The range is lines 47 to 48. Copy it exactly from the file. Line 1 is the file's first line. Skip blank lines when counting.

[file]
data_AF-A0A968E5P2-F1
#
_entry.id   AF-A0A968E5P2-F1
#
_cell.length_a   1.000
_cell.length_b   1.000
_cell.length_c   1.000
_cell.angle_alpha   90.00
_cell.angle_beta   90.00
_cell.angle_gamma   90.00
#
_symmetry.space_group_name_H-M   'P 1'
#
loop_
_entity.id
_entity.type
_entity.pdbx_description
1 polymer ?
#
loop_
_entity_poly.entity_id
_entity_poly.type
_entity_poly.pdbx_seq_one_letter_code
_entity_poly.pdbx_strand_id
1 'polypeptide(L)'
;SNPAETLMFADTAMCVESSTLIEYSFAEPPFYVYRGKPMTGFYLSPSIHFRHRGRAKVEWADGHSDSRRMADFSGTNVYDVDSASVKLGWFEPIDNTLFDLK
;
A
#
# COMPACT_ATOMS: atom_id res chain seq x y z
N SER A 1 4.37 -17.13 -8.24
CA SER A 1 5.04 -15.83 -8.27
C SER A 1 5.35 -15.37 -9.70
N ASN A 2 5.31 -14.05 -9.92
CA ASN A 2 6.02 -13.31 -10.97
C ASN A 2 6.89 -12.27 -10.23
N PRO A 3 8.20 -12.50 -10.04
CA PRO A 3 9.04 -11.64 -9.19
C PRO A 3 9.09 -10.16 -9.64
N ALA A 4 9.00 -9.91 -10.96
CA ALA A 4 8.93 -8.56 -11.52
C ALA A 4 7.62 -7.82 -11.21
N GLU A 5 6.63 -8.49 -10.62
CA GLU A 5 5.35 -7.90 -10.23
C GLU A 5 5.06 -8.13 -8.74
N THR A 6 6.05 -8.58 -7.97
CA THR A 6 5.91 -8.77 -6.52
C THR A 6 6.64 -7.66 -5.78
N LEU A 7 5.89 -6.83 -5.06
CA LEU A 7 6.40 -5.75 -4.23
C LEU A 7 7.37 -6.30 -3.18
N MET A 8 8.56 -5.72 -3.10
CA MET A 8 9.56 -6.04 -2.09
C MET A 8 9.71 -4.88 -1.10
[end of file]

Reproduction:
CA THR A 6 5.91 -8.77 -6.52
C THR A 6 6.64 -7.66 -5.78